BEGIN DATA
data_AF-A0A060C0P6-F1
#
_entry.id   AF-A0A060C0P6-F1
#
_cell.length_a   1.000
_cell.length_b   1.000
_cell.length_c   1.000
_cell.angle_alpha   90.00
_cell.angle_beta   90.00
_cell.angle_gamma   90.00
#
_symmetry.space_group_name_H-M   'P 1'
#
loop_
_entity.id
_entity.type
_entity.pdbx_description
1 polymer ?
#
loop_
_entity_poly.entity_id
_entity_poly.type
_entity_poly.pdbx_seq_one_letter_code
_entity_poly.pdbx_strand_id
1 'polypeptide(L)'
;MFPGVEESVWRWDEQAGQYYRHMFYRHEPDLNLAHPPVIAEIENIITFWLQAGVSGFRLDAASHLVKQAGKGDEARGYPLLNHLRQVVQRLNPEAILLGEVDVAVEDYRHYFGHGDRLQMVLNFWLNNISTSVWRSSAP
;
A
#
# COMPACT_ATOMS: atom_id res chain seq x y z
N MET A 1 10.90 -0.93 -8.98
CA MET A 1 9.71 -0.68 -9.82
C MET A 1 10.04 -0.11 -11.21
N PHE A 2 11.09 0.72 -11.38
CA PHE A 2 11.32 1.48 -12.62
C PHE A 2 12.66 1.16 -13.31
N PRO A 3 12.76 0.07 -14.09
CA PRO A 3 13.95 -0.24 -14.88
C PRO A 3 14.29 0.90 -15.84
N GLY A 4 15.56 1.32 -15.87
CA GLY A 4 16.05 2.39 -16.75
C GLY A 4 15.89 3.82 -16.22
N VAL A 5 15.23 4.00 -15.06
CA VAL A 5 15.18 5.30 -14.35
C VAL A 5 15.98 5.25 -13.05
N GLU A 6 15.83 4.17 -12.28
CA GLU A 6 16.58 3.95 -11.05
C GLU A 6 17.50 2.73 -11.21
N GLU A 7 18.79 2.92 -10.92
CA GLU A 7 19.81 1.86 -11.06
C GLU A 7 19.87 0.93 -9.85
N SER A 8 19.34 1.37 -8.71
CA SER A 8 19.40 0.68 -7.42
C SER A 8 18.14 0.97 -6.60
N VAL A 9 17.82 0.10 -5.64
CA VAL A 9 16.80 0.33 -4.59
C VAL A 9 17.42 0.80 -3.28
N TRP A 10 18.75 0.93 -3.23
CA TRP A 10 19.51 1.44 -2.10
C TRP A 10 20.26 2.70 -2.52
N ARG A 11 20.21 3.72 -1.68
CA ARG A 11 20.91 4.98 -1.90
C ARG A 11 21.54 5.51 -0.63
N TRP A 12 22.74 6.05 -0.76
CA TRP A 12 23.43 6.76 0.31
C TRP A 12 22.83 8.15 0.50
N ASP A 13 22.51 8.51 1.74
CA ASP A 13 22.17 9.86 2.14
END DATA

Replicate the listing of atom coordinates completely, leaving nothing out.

data_AF-A0A060C0P6-F1
#
_entry.id   AF-A0A060C0P6-F1
#
_cell.length_a   1.000
_cell.length_b   1.000
_cell.length_c   1.000
_cell.angle_alpha   90.00
_cell.angle_beta   90.00
_cell.angle_gamma   90.00
#
_symmetry.space_group_name_H-M   'P 1'
#
loop_
_entity.id
_entity.type
_entity.pdbx_description
1 polymer ?
#
loop_
_entity_poly.entity_id
_entity_poly.type
_entity_poly.pdbx_seq_one_letter_code
_entity_poly.pdbx_strand_id
1 'polypeptide(L)'
;MFPGVEESVWRWDEQAGQYYRHMFYRHEPDLNLAHPPVIAEIENIITFWLQAGVSGFRLDAASHLVKQAGKGDEARGYPLLNHLRQVVQRLNPEAILLGEVDVAVEDYRHYFGHGDRLQMVLNFWLNNISTSVWRSSAP
;
A
#
# COMPACT_ATOMS: atom_id res chain seq x y z
N MET A 1 10.90 -0.93 -8.98
CA MET A 1 9.71 -0.68 -9.82
C MET A 1 10.04 -0.11 -11.21
N PHE A 2 11.09 0.72 -11.38
CA PHE A 2 11.32 1.48 -12.62
C PHE A 2 12.66 1.16 -13.31
N PRO A 3 12.76 0.07 -14.09
CA PRO A 3 13.95 -0.24 -14.88
C PRO A 3 14.29 0.90 -15.84
N GLY A 4 15.56 1.32 -15.87
CA GLY A 4 16.05 2.39 -16.75
C GLY A 4 15.89 3.82 -16.22
N VAL A 5 15.23 4.00 -15.06
CA VAL A 5 15.18 5.30 -14.35
C VAL A 5 15.98 5.25 -13.05
N GLU A 6 15.83 4.17 -12.28
CA GLU A 6 16.58 3.95 -11.05
C GLU A 6 17.50 2.73 -11.21
N GLU A 7 18.79 2.92 -10.92
CA GLU A 7 19.81 1.86 -11.06
C GLU A 7 19.87 0.93 -9.85
N SER A 8 19.34 1.37 -8.71
CA SER A 8 19.40 0.68 -7.42
C SER A 8 18.14 0.97 -6.60
N VAL A 9 17.82 0.10 -5.64
CA VAL A 9 16.80 0.33 -4.59
C VAL A 9 17.42 0.80 -3.28
N TRP A 10 18.75 0.93 -3.23
CA TRP A 10 19.51 1.44 -2.10
C TRP A 10 20.26 2.70 -2.52
N ARG A 11 20.21 3.72 -1.68
CA ARG A 11 20.91 4.98 -1.90
C ARG A 11 21.54 5.51 -0.63
N TRP A 12 22.74 6.05 -0.76
CA TRP A 12 23.43 6.76 0.31
C TRP A 12 22.83 8.15 0.50
N ASP A 13 22.51 8.51 1.74
CA ASP A 13 22.17 9.86 2.14